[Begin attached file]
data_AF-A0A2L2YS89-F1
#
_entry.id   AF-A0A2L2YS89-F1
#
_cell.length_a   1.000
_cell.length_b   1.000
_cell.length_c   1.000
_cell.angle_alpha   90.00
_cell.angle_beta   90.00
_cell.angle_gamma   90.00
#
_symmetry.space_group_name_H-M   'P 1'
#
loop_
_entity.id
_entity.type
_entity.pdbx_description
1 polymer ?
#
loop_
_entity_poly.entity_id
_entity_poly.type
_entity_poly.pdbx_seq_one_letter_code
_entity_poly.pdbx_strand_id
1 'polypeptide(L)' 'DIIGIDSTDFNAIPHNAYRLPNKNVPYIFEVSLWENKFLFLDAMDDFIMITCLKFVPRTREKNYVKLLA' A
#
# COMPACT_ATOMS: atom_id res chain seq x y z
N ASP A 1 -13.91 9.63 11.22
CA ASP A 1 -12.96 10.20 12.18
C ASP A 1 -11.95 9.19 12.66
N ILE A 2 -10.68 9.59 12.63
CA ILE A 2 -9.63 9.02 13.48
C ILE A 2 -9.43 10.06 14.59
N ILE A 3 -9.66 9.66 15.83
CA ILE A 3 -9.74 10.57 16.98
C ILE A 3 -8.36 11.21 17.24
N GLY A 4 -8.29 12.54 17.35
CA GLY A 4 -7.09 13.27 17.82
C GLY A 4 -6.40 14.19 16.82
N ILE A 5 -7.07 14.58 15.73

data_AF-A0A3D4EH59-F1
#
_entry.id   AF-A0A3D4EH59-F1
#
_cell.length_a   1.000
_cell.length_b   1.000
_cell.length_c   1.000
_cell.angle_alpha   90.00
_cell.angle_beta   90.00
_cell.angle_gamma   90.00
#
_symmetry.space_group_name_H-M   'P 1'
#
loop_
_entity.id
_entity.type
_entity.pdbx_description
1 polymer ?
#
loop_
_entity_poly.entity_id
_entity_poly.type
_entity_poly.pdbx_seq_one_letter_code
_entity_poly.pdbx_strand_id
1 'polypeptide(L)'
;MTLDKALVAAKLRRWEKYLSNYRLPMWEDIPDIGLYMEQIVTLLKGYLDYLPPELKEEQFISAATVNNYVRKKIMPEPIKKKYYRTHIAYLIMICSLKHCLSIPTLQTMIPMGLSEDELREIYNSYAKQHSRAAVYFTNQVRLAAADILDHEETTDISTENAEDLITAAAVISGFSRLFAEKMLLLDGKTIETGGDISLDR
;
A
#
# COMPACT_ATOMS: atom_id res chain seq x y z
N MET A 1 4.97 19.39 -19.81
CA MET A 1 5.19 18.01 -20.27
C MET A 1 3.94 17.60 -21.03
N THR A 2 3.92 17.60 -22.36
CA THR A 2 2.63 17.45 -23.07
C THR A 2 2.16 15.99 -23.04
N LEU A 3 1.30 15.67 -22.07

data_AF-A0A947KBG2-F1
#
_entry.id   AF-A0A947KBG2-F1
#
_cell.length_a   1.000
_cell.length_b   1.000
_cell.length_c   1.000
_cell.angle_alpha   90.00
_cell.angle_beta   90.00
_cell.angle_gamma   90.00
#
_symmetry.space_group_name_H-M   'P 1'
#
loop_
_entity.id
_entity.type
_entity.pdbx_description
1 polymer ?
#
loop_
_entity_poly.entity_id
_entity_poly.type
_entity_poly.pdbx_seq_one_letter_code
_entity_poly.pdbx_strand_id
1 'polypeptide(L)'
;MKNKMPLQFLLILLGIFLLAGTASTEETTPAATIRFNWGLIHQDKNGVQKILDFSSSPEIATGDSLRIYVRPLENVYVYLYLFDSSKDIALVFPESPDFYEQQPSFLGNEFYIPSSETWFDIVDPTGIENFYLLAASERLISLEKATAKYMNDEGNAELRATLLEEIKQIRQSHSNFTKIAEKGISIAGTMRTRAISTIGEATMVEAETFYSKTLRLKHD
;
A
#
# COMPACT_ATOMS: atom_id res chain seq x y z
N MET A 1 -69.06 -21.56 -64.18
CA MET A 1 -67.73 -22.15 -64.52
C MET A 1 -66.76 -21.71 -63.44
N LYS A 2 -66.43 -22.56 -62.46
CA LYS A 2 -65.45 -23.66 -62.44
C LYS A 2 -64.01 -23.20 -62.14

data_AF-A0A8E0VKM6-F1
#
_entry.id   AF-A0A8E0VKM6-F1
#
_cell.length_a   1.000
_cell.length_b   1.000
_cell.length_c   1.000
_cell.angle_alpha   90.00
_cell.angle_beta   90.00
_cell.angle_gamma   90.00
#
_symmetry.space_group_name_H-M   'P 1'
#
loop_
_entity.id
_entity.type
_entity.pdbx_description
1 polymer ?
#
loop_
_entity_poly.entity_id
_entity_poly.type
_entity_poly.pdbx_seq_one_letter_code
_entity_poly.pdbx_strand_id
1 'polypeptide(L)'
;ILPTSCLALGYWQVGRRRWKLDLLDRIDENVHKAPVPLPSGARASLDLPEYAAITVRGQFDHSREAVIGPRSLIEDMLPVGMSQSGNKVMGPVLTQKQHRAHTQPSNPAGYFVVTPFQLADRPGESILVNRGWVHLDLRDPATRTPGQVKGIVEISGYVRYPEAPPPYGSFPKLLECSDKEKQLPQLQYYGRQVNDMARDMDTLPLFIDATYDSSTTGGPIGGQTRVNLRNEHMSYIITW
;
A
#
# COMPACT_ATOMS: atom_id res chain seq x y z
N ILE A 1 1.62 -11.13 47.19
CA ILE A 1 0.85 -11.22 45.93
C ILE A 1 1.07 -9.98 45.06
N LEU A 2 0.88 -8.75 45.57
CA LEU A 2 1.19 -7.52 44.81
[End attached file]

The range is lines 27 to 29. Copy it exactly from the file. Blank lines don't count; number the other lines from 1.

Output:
# COMPACT_ATOMS: atom_id res chain seq x y z
N ASP A 1 -13.91 9.63 11.22
CA ASP A 1 -12.96 10.20 12.18